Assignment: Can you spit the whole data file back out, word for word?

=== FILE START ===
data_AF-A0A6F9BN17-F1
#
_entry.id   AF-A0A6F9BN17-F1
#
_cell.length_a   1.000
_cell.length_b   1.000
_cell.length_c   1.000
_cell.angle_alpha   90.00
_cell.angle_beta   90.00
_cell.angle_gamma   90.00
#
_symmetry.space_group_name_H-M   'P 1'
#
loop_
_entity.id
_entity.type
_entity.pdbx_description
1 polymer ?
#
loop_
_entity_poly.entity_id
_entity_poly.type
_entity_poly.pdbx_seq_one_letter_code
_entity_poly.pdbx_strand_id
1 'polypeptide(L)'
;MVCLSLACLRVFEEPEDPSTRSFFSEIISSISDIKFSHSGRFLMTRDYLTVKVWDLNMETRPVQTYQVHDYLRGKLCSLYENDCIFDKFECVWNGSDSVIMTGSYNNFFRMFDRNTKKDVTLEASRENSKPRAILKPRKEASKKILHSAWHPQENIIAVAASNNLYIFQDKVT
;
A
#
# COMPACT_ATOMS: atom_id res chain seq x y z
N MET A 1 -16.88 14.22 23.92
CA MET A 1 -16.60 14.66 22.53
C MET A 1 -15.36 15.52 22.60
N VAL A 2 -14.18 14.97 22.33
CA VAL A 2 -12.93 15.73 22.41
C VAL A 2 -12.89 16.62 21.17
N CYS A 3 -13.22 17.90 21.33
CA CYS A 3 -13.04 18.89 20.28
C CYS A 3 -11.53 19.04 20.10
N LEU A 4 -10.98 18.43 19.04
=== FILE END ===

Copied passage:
data_AF-A0A6F9BN17-F1
#
_entry.id   AF-A0A6F9BN17-F1
#
_cell.length_a   1.000
_cell.length_b   1.000
_cell.length_c   1.000
_cell.angle_alpha   90.00
_cell.angle_beta   90.00
_cell.angle_gamma   90.00
#
_symmetry.space_group_name_H-M   'P 1'
#
loop_
_entity.id
_entity.type
_entity.pdbx_description
1 polymer ?
#
loop_
_entity_poly.entity_id
_entity_poly.type
_entity_poly.pdbx_seq_one_letter_code
_entity_poly.pdbx_strand_id
1 'polypeptide(L)'
;MVCLSLACLRVFEEPEDPSTRSFFSEIISSISDIKFSHSGRFLMTRDYLTVKVWDLNMETRPVQTYQVHDYLRGKLCSLYENDCIFDKFECVWNGSDSVIMTGSYNNFFRMFDRNTKKDVTLEASRENSKPRAILKPRKEASKKILHSAWHPQENIIAVAASNNLYIFQDKVT
;
A
#
# COMPACT_ATOMS: atom_id res chain seq x y z
N MET A 1 -16.88 14.22 23.92
CA MET A 1 -16.60 14.66 22.53
C MET A 1 -15.36 15.52 22.60
N VAL A 2 -14.18 14.97 22.33
CA VAL A 2 -12.93 15.73 22.41
C VAL A 2 -12.89 16.62 21.17
N CYS A 3 -13.22 17.90 21.33
CA CYS A 3 -13.04 18.89 20.28
C CYS A 3 -11.53 19.04 20.10
N LEU A 4 -10.98 18.43 19.04